Delhi focus turns to security
Having faced the prospect of a walk-out by some of the biggest nations in the Commonwealth last week, organisers here in Delhi are hopeful that the storm of negative publicity is passing, along with the late monsoon.
Delhi 2010 still has plenty of problems but competitors are moving in to an athletes' village which was last week described as unfit for human habitation. By Thursday the majority of British athletes will have arrived, and apart from a few gripes, the feedback from team leaders is that they are now satisfied with what they are finding.
Even the pedestrian bridge next to the showpiece Nehru Stadium looks to have been patched up after it collapsed last week.
There is still a high level of nervousness among Indian officials and Commonwealth Games Federation leaders. Both sides have been falling out publicly in recent days with the CGF chief executive Mike Hooper now public enemy number one among the Indian media for comments he apparently made about the traffic during a meeting earlier this week.
The sensitivity is such that both Hooper and the CGF president Mike Fennell have gone to ground, refusing to speak to journalists in the run-up to this Games, which should have been a turning point for an event already fighting for its long-term place on the sporting landscape.
With four days to go to the opening ceremony, the biggest concern is now security. With the Mumbai terror attacks still fresh in the memory, a Commonwealth Games in India was always going to present a significant security challenge.
But security officials both here and around the world are extending their advice ahead of Thursday's long-awaited verdict on the religious dispute centred on the sacred site of Ayodhya in the north of the country. The Indian government yesterday named 470 places across the country which should be avoided by travellers and put the Indian air force on high alert.
Ayodhya has been the subject of a 60-year legal battle between Hindus and Muslims who both lay claim to the site. Believed to be the birthplace of the Hindu God Ram, in 1992 extremists tore down a mosque, vowing to build a temple there instead.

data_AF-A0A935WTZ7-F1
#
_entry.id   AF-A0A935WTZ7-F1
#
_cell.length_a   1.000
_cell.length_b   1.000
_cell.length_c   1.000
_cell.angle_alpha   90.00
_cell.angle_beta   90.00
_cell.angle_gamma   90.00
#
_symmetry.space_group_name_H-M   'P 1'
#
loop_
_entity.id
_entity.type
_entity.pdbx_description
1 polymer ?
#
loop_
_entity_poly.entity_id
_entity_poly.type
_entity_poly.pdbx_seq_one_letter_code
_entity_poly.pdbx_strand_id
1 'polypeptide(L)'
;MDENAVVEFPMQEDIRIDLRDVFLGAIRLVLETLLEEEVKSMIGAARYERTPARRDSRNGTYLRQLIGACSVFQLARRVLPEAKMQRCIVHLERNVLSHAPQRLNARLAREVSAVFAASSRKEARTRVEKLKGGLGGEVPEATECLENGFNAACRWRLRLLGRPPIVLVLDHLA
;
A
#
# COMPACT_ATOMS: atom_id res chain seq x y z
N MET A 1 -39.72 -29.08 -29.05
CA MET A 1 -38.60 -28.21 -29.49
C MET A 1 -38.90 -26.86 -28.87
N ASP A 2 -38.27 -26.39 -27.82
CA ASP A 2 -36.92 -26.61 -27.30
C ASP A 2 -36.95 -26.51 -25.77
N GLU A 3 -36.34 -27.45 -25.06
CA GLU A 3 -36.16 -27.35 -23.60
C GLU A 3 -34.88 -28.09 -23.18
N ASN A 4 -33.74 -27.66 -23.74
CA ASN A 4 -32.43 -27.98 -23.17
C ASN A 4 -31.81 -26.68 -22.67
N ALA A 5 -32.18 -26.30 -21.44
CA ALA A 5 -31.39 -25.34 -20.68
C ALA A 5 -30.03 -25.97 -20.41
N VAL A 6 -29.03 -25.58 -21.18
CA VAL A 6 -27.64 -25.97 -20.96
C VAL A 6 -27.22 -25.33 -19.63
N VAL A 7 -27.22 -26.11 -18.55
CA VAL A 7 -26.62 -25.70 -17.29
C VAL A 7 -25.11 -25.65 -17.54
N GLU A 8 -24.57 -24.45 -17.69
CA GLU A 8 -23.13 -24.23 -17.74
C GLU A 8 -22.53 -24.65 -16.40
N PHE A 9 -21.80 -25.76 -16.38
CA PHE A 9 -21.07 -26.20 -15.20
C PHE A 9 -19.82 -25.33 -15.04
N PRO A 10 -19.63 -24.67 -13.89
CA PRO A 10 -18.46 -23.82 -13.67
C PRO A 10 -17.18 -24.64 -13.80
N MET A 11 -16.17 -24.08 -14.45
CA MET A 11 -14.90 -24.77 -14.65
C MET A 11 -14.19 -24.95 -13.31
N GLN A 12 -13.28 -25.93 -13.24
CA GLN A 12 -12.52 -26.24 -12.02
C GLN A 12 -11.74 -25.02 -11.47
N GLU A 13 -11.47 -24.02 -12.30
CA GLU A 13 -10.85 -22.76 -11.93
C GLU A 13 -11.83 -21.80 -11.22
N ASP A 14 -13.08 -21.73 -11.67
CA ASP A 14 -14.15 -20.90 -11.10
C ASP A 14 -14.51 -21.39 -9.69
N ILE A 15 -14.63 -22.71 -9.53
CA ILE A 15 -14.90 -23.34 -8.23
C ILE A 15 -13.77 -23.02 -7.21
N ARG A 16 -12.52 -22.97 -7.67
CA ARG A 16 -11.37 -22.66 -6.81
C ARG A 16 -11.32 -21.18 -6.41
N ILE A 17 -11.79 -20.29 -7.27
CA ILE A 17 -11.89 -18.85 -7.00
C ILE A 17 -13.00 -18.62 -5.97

On Thursday, the Indian High Court will finally rule on the dispute and the Indian Prime Minister Manhoman Singh yesterday issued an appeal for calm.
"Whatever be the nature of judgement, I think everyone should make every effort to maintain peace, harmony and tranquillity in the country," Mr Singh said.
To say the court's ruling is bad timing for the Commonwealth Games is quite an understatement. But the court has made it clear it is vital nothing interferes with the country's constitution - even if the global spotlight is on India.
The fear is that any images of religious rioting or violence will spread quickly via India's highly competitive media - which has eagerly adopted the west's 24-hour rolling news culture - sparking even more trouble. This would quickly be picked up by the rest of the world, which is already on alert for any problems linked to the Games.
For a country eager to show the world it has moved on from the religious problems which saw more than 2000 people killed in 1992 and now emerging as one of the world's great economic forces, even minor trouble could be a major setback.
A number of athletes have, of course, already highlighted security as a reason for not travelling to Delhi. And to try and calm those fears security had already been stepped up to extremely high levels.
There are 155,000 police and security officials on duty in Delhi and in more than a decade of covering these sorts of events, I cannot remember seeing such a visible display of force from a host nation. To put that number into context, it is more than the entire UK police force.
The athletes village is subject to a series of checkpoints and guards armed with machine guns and AK47s are stationed behind sandbags every 100 metres or so along the road which takes athletes and media into the complex.
And yet, ordinary people I spoke to on Tuesday in the crowded chaos which is Old Delhi were warm and friendly. Despite all the problems and the national loss of face being felt by the politicians and upper echelons of Indian society, they spoke of their pride at hosting the Games and said they welcomed visitors from overseas.
There remains, however, a question mark over how many of them will actually go and watch.
Thousands of tickets for the opening and closing ceremonies remain unsold with many of the cheapest tickets - priced at 200 rupees (£2.80) - still available.
It's a similar story with the 100 metres final - the blue riband event of any major Games.
Part of that is down to the absence of the world's biggest names. South Africa's world champion Caster Semenya became the latest star to withdraw on Tuesday, citing problems with her back.
Delhi and India can still put on a show which will reflect its growing confidence as a nation and put the Commonwealth Games back on the map. But the potential for the event to backfire on them remains very real.